Italy temporarily withdrew from the European Monetary System in 1992 and rejoined it in 1996. In the second half of the 1990s, decreasing interest rates hand in hand with restrictive fiscal policies were helpful for keeping up with the fiscal criteria of the Maastricht agreement in order to join the euro area. The public debt/GDP ratio fell from 125 per cent in the mid-1990s to 100 per cent in 2007 (Cesaratto 2018). However, this set of policies came with the cost of stagnation of aggregate demand and productivity growth (Cesaratto/Zezza 2019). Meanwhile the debt of non-financial firms in Italy increased and reached its peak with 44 per cent in 2006 just before the 2007–2009 crisis and remained above 40 per cent until 2008 and started to decline afterwards (see Figure 1). This period was very restrictive and played a role in the emergence of a stagnating domestic demand-led regime (Hein/Martschin 2021). In this period, the long-term real interest rate remained significantly higher than the GDP growth rate (see Figure 2 for the interest rates). Following the 2007–2009 crisis, both the differential between the two and the long-term real interest rate itself increased further despite the fact that short-term real interest rates turned negative during the 2010–2019 period. Within this period, which was characterized by a stagnating export-led mercantilist regime, fiscal and monetary policies became less restrictive from 2014 onward and the monetary policy of the ECB became expansionary (Hein/Martschin 2021).5 Cesaratto/Zezza (2019), based on Bugamelli et al. (2017), confirm that the recovery that started to take place around this period was mostly due to exports. Although monetary policy was not the sole factor that affected the economic developments in Italy in the last three decades, its role was as important as those of fiscal and wage policies.

Figure 1
Figure 1

Ratio of non-financial firm’s debt to capital stock in Italy

Citation: European Journal of Economics and Economic Policies Intervention 2024; 10.4337/ejeep.2024.0126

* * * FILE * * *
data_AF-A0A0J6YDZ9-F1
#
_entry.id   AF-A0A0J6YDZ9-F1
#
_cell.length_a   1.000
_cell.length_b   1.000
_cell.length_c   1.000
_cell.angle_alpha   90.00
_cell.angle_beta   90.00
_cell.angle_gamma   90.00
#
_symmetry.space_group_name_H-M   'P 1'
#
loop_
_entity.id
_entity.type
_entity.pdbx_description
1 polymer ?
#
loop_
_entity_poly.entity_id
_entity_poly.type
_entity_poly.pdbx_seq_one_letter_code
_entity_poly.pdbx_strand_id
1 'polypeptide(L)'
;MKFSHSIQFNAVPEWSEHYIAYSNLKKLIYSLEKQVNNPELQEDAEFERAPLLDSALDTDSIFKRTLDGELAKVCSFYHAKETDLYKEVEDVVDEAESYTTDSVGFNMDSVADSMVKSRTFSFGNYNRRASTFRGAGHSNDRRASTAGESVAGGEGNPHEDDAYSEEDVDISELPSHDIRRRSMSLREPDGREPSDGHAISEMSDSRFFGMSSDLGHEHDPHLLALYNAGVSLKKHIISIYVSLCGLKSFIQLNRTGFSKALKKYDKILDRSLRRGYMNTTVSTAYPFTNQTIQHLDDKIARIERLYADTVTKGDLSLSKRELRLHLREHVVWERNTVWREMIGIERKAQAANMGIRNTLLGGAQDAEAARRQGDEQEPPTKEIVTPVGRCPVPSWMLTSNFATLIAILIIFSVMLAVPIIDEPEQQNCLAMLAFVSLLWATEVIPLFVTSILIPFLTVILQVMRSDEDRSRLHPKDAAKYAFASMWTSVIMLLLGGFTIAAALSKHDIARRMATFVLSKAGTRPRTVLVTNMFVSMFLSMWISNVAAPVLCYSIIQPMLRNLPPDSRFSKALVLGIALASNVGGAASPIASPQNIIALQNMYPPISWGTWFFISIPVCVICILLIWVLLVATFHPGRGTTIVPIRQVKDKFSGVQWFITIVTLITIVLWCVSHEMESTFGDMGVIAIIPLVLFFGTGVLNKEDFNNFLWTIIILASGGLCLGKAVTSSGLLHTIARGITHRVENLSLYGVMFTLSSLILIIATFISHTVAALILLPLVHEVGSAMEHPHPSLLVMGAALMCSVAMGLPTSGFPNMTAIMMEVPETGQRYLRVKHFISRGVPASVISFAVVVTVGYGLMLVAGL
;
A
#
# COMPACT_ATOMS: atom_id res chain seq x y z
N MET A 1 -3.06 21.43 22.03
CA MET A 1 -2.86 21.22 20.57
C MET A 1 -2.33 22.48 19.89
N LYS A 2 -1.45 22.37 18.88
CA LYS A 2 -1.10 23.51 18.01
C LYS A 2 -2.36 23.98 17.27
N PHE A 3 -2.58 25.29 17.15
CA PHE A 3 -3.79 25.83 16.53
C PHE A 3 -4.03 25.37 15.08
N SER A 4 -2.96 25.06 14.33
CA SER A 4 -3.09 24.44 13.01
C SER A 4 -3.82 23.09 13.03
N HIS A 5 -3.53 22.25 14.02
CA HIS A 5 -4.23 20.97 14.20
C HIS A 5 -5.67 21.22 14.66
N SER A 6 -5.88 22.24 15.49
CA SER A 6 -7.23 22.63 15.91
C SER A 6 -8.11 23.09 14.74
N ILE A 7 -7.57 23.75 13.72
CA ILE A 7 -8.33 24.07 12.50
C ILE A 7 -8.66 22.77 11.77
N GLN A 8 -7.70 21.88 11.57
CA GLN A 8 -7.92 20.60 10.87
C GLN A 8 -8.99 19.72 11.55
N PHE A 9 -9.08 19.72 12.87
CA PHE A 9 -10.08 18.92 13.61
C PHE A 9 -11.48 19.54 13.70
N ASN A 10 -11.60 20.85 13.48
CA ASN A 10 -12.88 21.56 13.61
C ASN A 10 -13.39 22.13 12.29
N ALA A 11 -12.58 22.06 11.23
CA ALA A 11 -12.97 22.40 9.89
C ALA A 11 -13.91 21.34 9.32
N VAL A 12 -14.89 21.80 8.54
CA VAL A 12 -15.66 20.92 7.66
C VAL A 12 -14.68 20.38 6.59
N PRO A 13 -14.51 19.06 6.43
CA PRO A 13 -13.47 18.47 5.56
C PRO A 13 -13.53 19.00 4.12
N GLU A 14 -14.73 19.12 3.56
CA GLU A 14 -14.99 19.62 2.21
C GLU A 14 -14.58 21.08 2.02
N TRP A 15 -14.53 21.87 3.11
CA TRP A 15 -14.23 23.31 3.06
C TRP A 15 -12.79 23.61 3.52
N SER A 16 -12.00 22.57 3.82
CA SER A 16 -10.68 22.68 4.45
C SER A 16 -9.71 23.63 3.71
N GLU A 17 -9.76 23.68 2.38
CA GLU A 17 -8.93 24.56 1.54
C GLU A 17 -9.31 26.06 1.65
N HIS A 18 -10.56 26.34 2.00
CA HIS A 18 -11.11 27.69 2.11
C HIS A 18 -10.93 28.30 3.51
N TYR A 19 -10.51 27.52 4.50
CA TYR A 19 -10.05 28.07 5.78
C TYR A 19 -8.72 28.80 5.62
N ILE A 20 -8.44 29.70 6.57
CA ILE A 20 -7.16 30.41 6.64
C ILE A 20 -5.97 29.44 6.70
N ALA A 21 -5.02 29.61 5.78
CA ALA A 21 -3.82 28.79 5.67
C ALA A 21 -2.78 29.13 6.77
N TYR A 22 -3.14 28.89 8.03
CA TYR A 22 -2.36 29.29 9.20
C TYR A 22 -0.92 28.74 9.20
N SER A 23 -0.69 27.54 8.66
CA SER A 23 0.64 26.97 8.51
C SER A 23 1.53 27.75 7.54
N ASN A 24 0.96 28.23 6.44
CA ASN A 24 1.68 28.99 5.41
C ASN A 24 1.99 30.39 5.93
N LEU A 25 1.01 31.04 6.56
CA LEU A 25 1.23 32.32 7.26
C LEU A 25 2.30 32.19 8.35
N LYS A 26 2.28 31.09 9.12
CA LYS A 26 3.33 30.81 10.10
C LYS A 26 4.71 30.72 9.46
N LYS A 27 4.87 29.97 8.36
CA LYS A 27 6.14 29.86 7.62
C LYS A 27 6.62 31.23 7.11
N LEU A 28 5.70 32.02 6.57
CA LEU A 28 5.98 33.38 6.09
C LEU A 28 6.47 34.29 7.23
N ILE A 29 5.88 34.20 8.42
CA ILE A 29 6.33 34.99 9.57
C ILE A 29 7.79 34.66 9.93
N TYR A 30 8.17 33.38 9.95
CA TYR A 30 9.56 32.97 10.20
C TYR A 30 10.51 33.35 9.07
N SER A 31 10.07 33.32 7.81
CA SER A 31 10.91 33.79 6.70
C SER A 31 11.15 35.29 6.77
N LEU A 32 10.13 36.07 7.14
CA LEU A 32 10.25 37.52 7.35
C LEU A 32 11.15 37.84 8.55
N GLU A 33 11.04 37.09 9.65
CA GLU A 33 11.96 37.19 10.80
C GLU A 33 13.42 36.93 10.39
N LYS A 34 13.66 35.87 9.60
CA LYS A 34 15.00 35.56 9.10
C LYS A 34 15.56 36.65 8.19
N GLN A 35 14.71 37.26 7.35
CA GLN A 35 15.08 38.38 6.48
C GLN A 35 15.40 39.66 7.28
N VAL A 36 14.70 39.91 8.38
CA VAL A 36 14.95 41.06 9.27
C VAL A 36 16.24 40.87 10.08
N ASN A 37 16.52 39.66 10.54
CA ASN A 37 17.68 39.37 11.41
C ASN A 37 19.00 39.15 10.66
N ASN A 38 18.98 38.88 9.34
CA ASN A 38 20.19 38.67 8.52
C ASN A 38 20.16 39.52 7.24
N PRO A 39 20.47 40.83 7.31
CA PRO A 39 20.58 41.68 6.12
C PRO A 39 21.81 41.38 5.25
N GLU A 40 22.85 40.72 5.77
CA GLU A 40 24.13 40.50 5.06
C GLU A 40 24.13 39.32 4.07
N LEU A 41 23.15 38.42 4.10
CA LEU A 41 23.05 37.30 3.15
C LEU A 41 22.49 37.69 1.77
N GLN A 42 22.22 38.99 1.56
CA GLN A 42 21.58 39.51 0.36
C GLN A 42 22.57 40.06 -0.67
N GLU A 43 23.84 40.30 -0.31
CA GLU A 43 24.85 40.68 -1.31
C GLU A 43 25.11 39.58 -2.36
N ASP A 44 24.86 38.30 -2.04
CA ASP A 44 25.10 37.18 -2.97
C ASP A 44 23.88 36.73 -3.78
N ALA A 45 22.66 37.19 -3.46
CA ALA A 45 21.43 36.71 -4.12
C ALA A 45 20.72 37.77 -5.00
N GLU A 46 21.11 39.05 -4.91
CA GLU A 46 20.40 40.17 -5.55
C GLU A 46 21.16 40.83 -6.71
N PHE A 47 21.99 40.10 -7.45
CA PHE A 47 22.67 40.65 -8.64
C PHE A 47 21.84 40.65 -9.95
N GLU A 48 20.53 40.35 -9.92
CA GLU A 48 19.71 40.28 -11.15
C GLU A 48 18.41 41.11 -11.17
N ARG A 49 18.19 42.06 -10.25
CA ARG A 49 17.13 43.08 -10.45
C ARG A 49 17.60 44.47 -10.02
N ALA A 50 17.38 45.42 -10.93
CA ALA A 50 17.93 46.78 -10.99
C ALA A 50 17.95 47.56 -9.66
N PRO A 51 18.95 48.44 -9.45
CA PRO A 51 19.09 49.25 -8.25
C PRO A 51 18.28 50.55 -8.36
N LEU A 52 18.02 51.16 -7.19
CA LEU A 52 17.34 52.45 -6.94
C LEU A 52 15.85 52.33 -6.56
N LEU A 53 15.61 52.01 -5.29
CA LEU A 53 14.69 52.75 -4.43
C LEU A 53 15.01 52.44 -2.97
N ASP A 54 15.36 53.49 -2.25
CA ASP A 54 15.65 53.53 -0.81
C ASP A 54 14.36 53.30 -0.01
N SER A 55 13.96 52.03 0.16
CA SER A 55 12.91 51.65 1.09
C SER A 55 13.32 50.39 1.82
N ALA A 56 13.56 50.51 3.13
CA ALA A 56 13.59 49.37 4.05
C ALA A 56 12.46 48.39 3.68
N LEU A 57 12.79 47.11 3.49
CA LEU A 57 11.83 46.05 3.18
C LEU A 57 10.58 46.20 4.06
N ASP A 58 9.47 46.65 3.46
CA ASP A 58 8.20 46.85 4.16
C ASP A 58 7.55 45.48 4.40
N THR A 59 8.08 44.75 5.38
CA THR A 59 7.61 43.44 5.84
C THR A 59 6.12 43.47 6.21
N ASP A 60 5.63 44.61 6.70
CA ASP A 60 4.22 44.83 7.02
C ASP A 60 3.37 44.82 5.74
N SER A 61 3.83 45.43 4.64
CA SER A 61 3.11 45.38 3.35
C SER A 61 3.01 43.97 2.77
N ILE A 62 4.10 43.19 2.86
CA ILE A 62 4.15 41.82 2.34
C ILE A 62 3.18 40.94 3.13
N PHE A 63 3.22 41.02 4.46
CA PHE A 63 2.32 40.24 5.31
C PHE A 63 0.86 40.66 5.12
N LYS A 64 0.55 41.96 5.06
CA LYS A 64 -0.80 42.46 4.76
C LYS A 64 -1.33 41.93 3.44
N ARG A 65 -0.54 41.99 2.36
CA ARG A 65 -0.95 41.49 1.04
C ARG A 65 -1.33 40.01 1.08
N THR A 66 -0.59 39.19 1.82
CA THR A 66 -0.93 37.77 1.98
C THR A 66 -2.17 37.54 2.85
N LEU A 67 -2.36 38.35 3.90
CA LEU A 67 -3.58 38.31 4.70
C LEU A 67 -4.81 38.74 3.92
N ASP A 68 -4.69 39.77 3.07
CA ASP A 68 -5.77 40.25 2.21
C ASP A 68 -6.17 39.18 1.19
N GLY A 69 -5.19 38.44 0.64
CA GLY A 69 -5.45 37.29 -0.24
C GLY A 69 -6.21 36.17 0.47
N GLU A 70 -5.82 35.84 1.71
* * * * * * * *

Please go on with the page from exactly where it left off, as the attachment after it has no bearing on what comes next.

Source: The debt stock series of non-financial firms (B) are calculated using the data provided by EUROSTAT database and the nominal capital stock data (pK) are retrieved from the ISTAT database. See the Appendix for detailed information.
Figure 2
Figure 2

Short and long-run interest rates in Italy

Citation: European Journal of Economics and Economic Policies Intervention 2024; 10.4337/ejeep.2024.0126

Notes: ISN, ISRV, ILN and ILRV stand for annual nominal short-term interest rates, annual real short-term interest rates deflated by GDP deflator, annual nominal long-term interest rates and annual real long-term interest rates deflated by GDP deflator, respectively. See the Appendix for detailed information.Source: AMECO.

In this study, adopting the theoretical and empirical model by HS (2011), we examine the Italian economy for the period from 1995 to 2022. Econometric research based on PK distribution and growth models augmented with monetary variables is limited in number and, to the best of our knowledge, there is no such empirical study on Italy. The empirical findings of this study are comparable to those of HS (2011) on the US and German economies.

The remaining part of this article is organized as follows. Section 2 presents the theoretical background of the post-Kaleckian model by HS (2011), the model itself and some related theoretical frameworks. Section 3 surveys the empirical studies related to the field of research to date. Section 4 presents the data, discusses the economic trends in the Italian economy, explains the econometric approach employed, portrays the econometric findings and synthesizes them. Section 5 concludes the paper.

2 THEORETICAL BACKGROUND AND THE MODEL

We start this section with a discussion on the NCMs and then present the theoretical background leading to the emergence of the HS (2011) model. We then proceed with the assumptions and equations of the latter and explain the monetary regimes that might arise within this theoretical framework. Meanwhile we consider some related literature and conclude this section with a discussion of the behavior of the long-term capacity utilization rate.